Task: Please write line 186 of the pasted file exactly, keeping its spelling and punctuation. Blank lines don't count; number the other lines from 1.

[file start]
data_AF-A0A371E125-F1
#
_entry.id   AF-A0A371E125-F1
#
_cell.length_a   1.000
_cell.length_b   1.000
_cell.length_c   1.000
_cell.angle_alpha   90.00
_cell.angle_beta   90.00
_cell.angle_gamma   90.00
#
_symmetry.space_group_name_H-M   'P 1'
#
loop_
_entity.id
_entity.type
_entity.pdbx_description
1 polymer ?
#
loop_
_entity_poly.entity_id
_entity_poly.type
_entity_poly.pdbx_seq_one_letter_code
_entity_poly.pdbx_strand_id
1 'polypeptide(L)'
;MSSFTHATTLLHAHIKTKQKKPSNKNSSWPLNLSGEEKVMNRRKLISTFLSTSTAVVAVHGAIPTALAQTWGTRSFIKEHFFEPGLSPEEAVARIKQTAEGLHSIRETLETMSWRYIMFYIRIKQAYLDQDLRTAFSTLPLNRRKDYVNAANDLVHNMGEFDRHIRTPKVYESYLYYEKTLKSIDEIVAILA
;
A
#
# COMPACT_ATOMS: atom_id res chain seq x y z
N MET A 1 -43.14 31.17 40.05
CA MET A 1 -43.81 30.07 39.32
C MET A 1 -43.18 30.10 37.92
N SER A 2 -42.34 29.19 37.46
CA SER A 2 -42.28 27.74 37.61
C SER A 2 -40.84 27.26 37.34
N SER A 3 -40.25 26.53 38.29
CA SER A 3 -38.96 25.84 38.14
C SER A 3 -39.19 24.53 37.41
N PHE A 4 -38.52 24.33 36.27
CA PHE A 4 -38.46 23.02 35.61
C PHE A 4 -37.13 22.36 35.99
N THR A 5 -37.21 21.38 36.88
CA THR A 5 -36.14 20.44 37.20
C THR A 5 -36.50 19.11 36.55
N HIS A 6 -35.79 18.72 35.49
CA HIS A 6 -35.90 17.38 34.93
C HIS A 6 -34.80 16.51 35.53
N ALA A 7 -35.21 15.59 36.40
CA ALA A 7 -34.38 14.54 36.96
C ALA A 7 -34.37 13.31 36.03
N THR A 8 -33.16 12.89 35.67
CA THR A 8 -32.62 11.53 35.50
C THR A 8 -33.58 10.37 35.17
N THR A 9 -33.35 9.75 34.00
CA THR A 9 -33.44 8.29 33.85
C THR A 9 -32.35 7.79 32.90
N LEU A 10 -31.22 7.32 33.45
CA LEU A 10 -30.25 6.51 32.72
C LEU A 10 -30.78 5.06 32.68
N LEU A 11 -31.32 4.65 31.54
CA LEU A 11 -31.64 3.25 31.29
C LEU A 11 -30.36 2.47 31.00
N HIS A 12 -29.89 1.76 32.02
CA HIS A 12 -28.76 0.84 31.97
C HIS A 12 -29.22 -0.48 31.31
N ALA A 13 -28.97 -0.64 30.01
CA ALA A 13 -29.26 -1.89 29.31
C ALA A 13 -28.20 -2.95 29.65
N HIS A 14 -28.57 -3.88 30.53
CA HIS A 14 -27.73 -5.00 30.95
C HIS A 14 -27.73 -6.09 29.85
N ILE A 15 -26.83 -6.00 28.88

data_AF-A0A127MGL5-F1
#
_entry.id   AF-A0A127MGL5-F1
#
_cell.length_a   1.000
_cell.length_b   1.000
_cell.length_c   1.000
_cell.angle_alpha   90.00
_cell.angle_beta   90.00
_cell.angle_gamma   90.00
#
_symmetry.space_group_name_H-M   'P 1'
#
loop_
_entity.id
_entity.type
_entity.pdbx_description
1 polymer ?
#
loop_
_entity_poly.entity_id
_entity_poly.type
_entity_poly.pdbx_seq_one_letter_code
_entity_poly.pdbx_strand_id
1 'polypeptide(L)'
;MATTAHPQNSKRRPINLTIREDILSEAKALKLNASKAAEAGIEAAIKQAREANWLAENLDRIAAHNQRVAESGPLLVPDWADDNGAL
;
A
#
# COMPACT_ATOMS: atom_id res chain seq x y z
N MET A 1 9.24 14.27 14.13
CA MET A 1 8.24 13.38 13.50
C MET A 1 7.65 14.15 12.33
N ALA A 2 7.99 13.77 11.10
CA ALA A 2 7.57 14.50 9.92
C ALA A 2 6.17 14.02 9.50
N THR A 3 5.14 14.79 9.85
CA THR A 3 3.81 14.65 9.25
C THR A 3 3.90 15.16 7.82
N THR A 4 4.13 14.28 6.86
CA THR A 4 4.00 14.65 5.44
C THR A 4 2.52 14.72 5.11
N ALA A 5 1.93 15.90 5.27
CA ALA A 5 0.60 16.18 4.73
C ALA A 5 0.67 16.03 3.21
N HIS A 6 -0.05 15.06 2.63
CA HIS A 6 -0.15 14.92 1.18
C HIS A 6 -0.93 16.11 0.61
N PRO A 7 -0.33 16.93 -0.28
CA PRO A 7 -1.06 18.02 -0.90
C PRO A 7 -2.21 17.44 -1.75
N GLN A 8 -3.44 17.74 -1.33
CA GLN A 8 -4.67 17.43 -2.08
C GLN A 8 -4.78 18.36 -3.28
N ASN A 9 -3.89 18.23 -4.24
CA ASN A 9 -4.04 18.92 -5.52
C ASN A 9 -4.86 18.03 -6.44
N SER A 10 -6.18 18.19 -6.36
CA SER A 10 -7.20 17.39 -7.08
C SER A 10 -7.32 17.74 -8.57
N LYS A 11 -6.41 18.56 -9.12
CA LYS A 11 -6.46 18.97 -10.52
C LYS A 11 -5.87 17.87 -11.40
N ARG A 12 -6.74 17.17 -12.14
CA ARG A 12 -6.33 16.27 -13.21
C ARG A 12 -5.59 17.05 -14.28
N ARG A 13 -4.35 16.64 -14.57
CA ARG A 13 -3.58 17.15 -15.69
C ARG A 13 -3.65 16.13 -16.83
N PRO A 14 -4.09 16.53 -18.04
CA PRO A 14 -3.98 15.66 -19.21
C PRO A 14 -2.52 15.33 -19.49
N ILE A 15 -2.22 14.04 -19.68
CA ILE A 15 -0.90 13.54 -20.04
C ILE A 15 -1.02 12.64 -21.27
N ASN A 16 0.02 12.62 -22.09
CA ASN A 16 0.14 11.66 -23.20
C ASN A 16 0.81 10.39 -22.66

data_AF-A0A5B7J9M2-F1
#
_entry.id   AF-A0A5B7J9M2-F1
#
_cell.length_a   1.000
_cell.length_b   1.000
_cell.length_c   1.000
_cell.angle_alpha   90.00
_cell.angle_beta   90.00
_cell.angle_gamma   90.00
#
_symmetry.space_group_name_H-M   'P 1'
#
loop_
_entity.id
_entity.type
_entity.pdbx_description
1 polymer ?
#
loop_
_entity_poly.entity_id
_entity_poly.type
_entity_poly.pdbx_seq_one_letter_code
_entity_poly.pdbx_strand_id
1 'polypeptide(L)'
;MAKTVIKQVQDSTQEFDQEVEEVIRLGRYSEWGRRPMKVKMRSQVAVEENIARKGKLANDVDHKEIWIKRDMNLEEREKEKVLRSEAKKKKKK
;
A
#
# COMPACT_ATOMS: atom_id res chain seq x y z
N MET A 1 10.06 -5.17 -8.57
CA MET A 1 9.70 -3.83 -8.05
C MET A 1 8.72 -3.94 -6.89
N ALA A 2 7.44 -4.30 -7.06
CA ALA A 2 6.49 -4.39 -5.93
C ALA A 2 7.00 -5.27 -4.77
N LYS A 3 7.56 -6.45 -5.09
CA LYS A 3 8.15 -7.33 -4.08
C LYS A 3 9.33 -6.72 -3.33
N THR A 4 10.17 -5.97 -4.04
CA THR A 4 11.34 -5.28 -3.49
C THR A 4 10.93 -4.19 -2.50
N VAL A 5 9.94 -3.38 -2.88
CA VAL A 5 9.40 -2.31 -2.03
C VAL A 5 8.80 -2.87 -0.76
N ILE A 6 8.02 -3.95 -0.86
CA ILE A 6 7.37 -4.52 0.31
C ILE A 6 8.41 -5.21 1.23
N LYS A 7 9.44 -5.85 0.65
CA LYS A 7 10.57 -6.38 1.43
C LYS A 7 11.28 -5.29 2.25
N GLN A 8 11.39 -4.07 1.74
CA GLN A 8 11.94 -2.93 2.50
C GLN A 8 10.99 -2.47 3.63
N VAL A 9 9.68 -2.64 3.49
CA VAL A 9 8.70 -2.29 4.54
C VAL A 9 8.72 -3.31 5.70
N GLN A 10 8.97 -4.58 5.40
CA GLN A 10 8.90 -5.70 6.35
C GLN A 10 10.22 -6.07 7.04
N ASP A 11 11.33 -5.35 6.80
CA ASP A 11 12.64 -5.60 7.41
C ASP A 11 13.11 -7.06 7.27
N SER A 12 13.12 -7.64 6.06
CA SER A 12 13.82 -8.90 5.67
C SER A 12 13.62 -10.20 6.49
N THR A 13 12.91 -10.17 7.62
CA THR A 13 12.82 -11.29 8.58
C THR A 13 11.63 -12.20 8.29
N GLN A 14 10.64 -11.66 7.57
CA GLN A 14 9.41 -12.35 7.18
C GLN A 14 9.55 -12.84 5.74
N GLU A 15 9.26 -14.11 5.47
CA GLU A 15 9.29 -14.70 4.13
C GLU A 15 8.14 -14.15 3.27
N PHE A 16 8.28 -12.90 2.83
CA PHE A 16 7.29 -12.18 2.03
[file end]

CA ALA A 2 6.49 -4.39 -5.93